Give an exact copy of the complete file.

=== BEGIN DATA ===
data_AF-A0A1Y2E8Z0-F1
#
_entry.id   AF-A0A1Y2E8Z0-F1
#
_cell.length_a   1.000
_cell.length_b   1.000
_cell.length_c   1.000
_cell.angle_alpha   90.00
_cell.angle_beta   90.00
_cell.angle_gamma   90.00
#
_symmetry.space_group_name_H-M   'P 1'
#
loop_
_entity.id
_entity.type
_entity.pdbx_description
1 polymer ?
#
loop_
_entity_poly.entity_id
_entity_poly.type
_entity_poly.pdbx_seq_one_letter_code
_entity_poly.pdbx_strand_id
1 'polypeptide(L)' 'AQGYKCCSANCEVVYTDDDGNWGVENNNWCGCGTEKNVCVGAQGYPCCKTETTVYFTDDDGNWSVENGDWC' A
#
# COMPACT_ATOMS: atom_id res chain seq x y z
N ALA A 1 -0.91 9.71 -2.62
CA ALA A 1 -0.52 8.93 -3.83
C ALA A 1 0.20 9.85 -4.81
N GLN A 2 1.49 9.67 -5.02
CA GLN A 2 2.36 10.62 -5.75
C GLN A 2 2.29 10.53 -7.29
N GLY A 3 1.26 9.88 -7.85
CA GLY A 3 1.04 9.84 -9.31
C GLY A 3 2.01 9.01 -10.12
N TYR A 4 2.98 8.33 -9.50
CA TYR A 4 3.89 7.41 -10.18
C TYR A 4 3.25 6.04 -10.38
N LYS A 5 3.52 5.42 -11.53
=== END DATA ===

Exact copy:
data_AF-A0A1Y2E8Z0-F1
#
_entry.id   AF-A0A1Y2E8Z0-F1
#
_cell.length_a   1.000
_cell.length_b   1.000
_cell.length_c   1.000
_cell.angle_alpha   90.00
_cell.angle_beta   90.00
_cell.angle_gamma   90.00
#
_symmetry.space_group_name_H-M   'P 1'
#
loop_
_entity.id
_entity.type
_entity.pdbx_description
1 polymer ?
#
loop_
_entity_poly.entity_id
_entity_poly.type
_entity_poly.pdbx_seq_one_letter_code
_entity_poly.pdbx_strand_id
1 'polypeptide(L)' 'AQGYKCCSANCEVVYTDDDGNWGVENNNWCGCGTEKNVCVGAQGYPCCKTETTVYFTDDDGNWSVENGDWC' A
#
# COMPACT_ATOMS: atom_id res chain seq x y z
N ALA A 1 -0.91 9.71 -2.62
CA ALA A 1 -0.52 8.93 -3.83
C ALA A 1 0.20 9.85 -4.81
N GLN A 2 1.49 9.67 -5.02
CA GLN A 2 2.36 10.62 -5.75
C GLN A 2 2.29 10.53 -7.29
N GLY A 3 1.26 9.88 -7.85
CA GLY A 3 1.04 9.84 -9.31
C GLY A 3 2.01 9.01 -10.12
N TYR A 4 2.98 8.33 -9.50
CA TYR A 4 3.89 7.41 -10.18
C TYR A 4 3.25 6.04 -10.38
N LYS A 5 3.52 5.42 -11.53